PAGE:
WASHINGTON—President Biden’s proposed 15% minimum tax on profitable corporations would affect far fewer companies than the version he campaigned on, according to details released Wednesday by the Treasury Department.
The tax—aimed at companies that report large profits to investors but low tax payments—would apply only to companies with income exceeding $2 billion, up from the $100 million threshold used during the campaign. The Biden plan would now also let companies subject to the tax get the benefit for tax credits for research, renewable energy and low-income housing.
The result is that just 180 companies would even meet the income threshold and just 45 would pay the tax, according to administration estimates that assume the rest of the administration’s plan gets implemented. Nearly U.S.-listed 1,100 companies would meet the $100 million threshold, according to S&P Global Market Intelligence.
The tax “is a targeted approach to ensure that the most aggressive tax avoiders are forced to bear meaningful tax liabilities,” the Treasury Department said in a new report.
The Treasury report outlines the arguments for the administration’s broader corporate tax agenda, which would raise more than $2 trillion over 15 years to pay for eight years of spending on roads, bridges, transit, broadband and other infrastructure projects.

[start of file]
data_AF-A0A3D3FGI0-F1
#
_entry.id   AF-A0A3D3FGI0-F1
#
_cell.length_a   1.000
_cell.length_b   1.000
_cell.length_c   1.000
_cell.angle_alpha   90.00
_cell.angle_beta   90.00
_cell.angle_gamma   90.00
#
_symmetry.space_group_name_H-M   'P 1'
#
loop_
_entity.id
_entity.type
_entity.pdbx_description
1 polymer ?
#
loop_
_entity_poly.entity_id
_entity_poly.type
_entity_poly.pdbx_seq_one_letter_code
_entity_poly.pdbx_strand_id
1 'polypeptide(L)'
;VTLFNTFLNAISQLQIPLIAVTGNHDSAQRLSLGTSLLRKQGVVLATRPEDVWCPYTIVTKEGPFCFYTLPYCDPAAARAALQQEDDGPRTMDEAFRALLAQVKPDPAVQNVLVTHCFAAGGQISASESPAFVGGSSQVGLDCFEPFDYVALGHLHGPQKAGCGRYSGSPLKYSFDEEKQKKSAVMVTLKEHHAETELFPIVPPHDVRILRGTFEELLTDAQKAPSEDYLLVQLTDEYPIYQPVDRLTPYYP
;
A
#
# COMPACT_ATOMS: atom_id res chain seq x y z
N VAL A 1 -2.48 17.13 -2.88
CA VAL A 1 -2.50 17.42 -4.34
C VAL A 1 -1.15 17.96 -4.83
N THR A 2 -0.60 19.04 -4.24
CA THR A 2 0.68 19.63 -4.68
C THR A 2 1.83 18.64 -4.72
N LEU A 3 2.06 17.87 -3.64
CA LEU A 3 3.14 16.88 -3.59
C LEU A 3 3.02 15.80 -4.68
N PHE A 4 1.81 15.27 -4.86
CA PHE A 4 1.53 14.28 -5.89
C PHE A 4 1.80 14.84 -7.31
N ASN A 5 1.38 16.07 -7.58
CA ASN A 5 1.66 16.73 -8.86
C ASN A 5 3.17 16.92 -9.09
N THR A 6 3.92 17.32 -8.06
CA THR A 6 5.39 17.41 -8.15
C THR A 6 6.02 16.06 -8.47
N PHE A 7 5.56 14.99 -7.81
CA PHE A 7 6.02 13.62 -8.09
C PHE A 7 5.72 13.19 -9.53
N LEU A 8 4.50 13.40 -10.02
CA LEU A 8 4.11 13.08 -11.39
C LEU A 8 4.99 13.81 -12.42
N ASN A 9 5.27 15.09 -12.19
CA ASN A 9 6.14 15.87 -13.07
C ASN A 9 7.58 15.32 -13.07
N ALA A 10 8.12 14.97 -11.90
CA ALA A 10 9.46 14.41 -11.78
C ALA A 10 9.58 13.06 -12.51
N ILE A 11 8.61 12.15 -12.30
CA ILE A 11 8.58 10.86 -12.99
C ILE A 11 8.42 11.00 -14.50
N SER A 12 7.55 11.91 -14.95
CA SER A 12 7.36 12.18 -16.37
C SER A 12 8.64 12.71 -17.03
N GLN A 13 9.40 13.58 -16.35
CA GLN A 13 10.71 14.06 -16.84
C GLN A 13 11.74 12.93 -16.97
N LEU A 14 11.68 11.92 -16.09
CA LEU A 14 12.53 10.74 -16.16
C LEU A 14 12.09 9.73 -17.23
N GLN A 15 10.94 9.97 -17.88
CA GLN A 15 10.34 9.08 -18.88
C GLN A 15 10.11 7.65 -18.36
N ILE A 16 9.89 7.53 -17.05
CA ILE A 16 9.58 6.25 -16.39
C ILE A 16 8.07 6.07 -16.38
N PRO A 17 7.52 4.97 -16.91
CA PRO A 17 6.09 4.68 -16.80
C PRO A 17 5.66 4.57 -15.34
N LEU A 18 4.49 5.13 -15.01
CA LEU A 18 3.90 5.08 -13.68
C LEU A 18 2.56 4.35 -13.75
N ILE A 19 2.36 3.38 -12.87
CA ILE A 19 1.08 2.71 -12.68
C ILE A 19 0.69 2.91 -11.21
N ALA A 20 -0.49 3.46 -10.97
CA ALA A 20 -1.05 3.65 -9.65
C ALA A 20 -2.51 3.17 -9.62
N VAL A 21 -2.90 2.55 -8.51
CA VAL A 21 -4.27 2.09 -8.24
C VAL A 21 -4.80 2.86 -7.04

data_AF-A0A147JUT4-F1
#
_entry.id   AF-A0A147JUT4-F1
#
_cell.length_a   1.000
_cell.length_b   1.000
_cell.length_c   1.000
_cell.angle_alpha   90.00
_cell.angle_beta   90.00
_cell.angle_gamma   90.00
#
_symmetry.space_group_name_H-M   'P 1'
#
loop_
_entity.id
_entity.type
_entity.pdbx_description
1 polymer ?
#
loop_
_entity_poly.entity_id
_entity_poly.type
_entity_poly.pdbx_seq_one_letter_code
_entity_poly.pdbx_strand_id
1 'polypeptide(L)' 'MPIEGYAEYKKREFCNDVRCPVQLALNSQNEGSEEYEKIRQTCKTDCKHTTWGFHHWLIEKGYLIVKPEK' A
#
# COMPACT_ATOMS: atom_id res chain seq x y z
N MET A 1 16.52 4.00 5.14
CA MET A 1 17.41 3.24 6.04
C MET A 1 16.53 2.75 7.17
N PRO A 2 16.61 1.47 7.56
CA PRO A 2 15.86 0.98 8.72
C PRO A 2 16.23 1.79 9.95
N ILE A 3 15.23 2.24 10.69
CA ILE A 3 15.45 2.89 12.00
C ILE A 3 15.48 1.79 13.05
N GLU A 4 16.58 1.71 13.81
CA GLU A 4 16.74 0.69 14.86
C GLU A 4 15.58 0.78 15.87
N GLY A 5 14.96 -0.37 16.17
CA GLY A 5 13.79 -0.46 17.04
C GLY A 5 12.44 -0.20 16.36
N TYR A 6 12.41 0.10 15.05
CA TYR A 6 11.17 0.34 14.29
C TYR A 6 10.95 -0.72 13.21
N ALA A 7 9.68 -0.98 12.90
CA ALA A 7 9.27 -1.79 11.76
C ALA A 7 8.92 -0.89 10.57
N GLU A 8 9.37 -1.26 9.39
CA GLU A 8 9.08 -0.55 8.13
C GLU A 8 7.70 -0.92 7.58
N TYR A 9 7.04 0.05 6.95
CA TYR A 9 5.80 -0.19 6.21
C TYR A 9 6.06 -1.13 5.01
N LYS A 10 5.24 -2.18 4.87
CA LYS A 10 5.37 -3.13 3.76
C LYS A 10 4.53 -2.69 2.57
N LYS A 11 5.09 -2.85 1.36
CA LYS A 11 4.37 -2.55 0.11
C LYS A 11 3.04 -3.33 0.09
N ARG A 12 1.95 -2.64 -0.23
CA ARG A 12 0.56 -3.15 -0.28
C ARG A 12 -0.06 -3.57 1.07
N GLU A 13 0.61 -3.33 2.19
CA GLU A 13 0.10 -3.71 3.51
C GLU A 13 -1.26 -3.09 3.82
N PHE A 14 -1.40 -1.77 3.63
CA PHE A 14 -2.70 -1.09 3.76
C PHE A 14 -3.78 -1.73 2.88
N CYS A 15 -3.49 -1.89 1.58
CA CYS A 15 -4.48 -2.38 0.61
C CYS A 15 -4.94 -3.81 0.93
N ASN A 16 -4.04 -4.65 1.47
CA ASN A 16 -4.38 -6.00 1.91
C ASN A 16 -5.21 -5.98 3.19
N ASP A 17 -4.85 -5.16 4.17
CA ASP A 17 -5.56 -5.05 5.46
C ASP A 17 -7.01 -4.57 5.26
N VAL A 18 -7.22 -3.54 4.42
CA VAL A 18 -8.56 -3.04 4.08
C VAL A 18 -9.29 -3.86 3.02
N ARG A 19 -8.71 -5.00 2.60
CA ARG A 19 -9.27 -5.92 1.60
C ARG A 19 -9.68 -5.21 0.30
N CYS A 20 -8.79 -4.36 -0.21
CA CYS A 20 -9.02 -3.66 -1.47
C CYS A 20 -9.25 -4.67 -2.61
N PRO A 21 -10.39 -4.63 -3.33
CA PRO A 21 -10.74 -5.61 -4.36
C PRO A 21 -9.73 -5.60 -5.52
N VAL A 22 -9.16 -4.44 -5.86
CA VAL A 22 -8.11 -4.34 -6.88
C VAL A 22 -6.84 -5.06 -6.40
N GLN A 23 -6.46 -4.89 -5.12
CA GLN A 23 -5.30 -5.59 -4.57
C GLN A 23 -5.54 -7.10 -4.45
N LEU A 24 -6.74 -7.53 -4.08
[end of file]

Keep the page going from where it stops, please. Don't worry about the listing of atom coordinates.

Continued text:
That plan includes raising the corporate tax rate to 28% from 21% and changing several key features of the 2017 tax law.
Business groups object to the changes, contending that they would hurt investment and U.S. companies’ ability to compete for global business. The Treasury report contends that the 2017 tax cuts went too far and generated little economic benefit, pointing out that foreign investors received a significant share of any gains.
“It changes the game we play,” Treasury Secretary
said of the tax plan. “America will compete on our ability to produce talented workers, cutting-edge research and state-of-the-art infrastructure, not on whether we have lower tax rates than Bermuda or Switzerland.”
Ms. Yellen said the revenue generated from the tax changes would pay for investments that, by 2024, will add an extra 1.6% to the level of U.S. gross domestic product.
The administration also wants to impose a 21% minimum tax on U.S. companies’ foreign income and get other countries to do the same thing. To prod other countries to adopt such taxes, the new plan includes tough limits on deductions for foreign-headquartered companies from countries that don’t adopt them.
All of that is separate from the 15% minimum tax on U.S. companies’ financial-statement income.
The minimum tax on financial-statement income is a powerful political talking point, but the latest changes diminish its role in the Biden plan to more of a backstop than a key feature. Tax lawyers and accountants have argued that such a tax may be difficult to administer and implement and would cede some U.S. tax rules to accounting regulators.
(More to Come)
—Theo Francis contributed to this article.
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